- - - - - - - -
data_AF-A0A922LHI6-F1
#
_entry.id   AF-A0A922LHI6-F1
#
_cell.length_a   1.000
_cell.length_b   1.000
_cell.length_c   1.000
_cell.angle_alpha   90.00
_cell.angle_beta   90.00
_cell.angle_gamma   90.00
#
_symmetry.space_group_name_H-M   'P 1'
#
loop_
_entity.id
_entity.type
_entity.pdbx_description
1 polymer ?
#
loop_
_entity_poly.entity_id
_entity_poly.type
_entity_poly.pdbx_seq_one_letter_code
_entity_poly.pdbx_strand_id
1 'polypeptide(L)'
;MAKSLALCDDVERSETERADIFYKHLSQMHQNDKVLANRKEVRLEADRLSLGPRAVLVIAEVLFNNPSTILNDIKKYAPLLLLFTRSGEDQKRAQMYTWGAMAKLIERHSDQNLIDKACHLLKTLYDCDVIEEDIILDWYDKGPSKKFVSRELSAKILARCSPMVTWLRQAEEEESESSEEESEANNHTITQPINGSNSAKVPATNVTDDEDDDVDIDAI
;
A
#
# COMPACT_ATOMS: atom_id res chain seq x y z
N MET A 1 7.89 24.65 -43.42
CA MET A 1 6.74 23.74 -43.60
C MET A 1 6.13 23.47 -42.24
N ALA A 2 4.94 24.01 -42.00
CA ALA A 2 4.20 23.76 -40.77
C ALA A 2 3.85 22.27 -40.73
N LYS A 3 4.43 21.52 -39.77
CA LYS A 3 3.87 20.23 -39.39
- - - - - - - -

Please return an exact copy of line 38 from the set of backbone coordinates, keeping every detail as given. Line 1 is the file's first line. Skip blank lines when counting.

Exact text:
CA LYS A 3 3.87 20.23 -39.39